India’s coal belt cuts across the eastern states of Jharkhand, Orissa and West Bengal, home to the Santhals among other tribal communities. As it did for much of the world since the industrial revolution, coal has played an important role in India’s march towards capitalism, and in the process, tied itself inextricably to the fates of such communities. Hansda Sowvendra Shekhar’s The Adivasi Will Not Dance is a collection of short, provocative and mostly apolitical stories that operate in the backdrop of a transformation that took place within such tribal populations, impacting their lands and their professions. Themes of destitution, prostitution and exploitation run through each story and detail the march of progress over a people’s plight.
The coup de grace is the book’s final story of an Adivasi who refuses to dance – hence the name – in front of a “Bengali President” at a function in the village of Godda to lay the foundation stone for an Indian billionaire’s thermal power plant. While the author avoids naming anyone, it doesn’t take long for the reader to realize that the President in question is Pranab Mukherjee and the Indian billionaire MP is Naveen Jindal, and the story itself is based on an actual incident that took place in 2013.
We heard he was a very rich and shrewd man. He was also an MP. We also heard he likes polo – some game played with horses – and that his horses were far better off than all the Santhals of the whole of the Santhal Pargana.
I am far removed from the realities of the heartland, and in all honesty, some of the stories feel unremarkable to a mind incapable of grasping the enormity of state-sponsored marginalization and subjugation. I am also ashamed to admit that I know more about the history of racism and African Americans than I do about casteism in India. I’m reasonably certain that our progress, built on their plight as it is, is littered with countless events that could have been our moment of reckoning, not unlike George Floyd and Black Lives Matter in the West.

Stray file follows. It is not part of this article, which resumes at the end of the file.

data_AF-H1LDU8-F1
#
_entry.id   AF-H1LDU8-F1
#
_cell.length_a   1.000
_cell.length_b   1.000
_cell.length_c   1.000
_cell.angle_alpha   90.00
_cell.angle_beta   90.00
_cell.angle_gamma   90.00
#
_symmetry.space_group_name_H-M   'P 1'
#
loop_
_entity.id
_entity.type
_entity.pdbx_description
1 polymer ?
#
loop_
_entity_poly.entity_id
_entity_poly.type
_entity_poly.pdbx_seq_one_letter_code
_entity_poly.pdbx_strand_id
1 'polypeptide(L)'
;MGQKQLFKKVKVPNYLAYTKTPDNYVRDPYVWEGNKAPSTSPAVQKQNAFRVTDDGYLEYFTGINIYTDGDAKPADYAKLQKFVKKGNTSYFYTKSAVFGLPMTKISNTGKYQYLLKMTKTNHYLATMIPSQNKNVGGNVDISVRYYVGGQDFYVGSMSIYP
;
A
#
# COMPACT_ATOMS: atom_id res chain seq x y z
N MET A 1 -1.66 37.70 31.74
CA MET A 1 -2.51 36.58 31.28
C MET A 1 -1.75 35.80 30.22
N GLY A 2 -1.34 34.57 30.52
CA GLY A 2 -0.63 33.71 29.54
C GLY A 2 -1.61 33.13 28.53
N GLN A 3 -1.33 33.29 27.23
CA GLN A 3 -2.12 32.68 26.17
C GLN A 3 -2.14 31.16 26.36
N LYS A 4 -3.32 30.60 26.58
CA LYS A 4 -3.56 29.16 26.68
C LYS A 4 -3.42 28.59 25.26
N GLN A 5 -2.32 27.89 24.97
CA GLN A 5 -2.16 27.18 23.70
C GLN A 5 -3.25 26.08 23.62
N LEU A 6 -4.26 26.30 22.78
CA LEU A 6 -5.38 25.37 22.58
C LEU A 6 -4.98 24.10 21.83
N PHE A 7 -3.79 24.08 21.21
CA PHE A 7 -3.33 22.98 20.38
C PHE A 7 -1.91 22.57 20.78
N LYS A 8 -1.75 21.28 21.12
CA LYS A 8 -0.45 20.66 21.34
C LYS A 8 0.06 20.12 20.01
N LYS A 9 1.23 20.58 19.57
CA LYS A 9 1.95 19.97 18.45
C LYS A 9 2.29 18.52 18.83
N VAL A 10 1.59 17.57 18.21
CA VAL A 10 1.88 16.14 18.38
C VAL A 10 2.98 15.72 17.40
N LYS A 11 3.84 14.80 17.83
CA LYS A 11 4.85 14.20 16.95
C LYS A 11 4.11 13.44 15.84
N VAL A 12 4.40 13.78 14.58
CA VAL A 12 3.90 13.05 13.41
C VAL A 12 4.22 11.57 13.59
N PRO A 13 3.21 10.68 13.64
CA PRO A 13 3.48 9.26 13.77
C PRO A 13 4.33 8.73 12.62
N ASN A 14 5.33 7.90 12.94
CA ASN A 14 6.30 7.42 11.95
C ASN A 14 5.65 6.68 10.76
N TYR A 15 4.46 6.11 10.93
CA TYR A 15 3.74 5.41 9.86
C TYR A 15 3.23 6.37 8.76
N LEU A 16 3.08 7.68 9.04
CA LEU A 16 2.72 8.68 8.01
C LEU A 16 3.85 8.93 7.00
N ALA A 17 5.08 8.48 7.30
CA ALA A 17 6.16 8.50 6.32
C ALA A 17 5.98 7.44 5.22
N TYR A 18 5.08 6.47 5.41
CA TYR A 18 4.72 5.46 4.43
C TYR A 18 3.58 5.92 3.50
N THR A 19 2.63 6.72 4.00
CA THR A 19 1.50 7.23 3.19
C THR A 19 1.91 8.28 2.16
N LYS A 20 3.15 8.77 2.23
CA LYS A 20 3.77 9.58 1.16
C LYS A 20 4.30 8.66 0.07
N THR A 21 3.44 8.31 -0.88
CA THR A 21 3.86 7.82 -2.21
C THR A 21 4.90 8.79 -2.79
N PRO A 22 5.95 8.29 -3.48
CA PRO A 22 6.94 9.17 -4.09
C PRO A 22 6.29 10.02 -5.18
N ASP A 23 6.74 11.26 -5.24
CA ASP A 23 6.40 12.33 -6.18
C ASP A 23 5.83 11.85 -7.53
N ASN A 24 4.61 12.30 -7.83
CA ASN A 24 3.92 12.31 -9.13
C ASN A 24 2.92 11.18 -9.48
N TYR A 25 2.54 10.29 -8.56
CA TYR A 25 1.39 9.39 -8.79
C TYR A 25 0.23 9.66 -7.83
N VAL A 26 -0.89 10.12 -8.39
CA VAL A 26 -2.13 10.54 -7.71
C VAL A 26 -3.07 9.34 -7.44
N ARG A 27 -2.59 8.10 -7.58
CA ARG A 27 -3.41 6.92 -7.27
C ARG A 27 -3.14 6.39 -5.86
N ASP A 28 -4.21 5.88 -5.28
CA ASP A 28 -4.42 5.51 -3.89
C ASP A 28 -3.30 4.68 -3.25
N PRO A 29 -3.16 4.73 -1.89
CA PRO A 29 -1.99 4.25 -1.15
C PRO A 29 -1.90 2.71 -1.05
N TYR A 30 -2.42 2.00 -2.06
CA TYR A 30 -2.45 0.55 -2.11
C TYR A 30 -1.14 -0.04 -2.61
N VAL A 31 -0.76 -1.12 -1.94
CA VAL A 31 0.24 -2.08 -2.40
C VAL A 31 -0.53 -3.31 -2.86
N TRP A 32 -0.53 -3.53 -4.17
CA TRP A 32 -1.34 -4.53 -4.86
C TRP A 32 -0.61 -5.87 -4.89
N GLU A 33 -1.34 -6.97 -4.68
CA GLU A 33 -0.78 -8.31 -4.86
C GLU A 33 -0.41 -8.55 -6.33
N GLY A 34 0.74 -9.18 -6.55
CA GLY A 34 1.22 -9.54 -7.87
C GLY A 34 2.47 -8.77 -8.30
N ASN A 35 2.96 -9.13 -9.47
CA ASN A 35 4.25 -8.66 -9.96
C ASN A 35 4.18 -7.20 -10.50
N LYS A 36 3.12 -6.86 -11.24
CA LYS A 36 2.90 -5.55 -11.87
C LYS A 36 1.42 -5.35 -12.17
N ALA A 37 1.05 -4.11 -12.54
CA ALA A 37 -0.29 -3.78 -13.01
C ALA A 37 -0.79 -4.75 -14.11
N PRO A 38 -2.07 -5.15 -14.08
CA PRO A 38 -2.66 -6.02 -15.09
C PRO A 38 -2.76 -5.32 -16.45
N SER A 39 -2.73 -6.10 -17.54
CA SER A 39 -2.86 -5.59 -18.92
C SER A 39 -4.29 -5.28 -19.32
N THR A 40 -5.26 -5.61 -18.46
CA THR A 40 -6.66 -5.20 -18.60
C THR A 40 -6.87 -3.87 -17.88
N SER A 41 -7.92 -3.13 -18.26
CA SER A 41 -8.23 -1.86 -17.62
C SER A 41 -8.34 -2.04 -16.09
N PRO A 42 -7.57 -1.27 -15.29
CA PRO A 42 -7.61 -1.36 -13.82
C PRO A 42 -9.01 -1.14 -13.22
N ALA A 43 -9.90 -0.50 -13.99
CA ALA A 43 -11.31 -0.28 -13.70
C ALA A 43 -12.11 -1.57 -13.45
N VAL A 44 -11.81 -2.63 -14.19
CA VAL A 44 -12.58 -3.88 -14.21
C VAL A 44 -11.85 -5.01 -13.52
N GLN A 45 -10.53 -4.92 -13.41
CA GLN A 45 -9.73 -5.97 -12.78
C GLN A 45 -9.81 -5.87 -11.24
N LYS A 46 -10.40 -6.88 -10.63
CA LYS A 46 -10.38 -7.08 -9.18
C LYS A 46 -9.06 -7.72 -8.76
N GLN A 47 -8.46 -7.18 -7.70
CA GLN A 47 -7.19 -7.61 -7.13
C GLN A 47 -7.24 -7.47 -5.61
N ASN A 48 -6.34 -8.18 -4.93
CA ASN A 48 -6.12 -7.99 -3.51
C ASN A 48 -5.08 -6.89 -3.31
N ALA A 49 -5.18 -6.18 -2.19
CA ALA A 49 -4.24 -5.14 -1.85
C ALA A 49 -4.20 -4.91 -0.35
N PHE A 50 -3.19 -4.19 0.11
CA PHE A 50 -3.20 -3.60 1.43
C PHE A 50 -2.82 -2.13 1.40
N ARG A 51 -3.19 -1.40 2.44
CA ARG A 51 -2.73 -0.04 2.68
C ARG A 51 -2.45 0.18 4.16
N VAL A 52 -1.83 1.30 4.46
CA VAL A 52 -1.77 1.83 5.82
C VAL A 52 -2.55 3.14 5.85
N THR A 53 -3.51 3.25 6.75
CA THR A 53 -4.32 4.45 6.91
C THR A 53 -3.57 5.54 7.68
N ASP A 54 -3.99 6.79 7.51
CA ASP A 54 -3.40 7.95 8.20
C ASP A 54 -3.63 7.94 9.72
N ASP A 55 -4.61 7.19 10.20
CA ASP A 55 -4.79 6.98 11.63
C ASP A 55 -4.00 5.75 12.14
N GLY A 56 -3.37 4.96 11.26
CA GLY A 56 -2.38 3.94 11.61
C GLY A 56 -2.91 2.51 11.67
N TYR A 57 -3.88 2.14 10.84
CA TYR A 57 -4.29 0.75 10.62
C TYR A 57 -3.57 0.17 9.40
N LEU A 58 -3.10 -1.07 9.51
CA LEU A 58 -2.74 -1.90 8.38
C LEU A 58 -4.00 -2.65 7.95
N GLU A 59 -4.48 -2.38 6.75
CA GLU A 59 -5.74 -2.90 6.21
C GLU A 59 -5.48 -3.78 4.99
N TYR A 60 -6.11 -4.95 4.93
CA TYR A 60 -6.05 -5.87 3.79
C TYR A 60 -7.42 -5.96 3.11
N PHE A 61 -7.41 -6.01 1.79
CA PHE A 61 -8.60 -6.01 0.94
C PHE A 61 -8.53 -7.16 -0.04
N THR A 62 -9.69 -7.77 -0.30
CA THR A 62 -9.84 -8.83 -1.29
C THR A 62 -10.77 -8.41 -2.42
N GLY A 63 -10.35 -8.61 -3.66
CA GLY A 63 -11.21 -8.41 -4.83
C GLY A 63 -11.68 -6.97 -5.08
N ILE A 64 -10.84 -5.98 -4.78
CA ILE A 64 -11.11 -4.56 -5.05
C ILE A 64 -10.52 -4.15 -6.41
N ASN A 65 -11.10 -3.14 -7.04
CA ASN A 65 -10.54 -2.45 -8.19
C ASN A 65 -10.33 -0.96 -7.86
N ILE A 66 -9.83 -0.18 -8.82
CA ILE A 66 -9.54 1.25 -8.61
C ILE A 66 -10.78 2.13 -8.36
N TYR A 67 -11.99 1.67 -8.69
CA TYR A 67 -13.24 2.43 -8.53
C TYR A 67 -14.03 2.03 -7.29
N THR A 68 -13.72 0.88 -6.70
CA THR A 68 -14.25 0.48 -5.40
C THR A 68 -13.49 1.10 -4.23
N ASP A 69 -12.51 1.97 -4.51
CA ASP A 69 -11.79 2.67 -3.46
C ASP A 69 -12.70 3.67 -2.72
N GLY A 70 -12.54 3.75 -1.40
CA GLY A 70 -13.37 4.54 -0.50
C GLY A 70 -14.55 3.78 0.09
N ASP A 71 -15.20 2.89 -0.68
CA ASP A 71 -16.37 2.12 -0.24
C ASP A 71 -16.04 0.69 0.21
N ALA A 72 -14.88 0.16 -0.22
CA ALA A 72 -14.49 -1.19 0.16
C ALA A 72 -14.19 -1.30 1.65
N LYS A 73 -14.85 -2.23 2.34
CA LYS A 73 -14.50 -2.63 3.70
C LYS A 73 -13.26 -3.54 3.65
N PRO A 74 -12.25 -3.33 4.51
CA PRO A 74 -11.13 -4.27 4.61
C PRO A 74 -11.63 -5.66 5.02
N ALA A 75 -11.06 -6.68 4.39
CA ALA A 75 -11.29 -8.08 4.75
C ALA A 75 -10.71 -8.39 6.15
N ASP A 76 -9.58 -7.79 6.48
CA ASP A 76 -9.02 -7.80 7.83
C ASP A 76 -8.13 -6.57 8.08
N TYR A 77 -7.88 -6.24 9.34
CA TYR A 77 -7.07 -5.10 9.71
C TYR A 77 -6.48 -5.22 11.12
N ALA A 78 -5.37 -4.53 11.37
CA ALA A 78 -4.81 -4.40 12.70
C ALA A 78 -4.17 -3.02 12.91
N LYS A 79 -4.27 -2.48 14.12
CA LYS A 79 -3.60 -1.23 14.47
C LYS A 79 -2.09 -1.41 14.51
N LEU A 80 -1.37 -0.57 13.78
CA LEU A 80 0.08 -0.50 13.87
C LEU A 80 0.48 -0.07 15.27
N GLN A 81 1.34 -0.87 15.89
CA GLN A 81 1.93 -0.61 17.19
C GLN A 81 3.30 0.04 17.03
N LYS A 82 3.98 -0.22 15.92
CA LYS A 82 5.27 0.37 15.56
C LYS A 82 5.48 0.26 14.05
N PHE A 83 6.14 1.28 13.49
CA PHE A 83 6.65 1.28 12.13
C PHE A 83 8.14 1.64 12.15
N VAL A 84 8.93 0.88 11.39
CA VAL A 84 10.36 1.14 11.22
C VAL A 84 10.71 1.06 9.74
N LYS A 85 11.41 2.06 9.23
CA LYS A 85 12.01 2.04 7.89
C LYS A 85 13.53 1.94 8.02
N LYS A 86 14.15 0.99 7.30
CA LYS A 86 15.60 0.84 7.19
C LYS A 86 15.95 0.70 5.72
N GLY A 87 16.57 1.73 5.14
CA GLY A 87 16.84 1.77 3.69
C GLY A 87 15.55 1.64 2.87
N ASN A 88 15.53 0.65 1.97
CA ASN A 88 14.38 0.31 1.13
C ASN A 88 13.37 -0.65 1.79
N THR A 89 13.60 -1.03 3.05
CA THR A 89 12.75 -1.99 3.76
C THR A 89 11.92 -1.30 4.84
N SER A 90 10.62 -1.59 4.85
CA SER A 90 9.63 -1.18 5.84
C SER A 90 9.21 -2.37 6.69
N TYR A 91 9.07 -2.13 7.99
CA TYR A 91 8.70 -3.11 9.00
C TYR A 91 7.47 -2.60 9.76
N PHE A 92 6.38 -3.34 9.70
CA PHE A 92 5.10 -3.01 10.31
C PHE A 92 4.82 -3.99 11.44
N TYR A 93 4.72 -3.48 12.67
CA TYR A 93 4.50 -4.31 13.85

Which great nation displaces thousands of its people from their homes and livelihoods to produce electricity for cities and factories? And jobs? What jobs? An Adivasi farmer’s job is to farm. Which other job should he be made to do? Become a servant in some billionaire’s factory built on land that used to belong to that very Adivasi just a week earlier?
Perhaps an accurate reflection of my ignorance and insularity is that famous quote from The Game of Thrones, “You know nothing, Jon Snow.” The book is an easy read, has a rating of 4.13 on goodreads, and was banned by the state government of Jharkhand in 2017 – which is another big reason to read it 🙂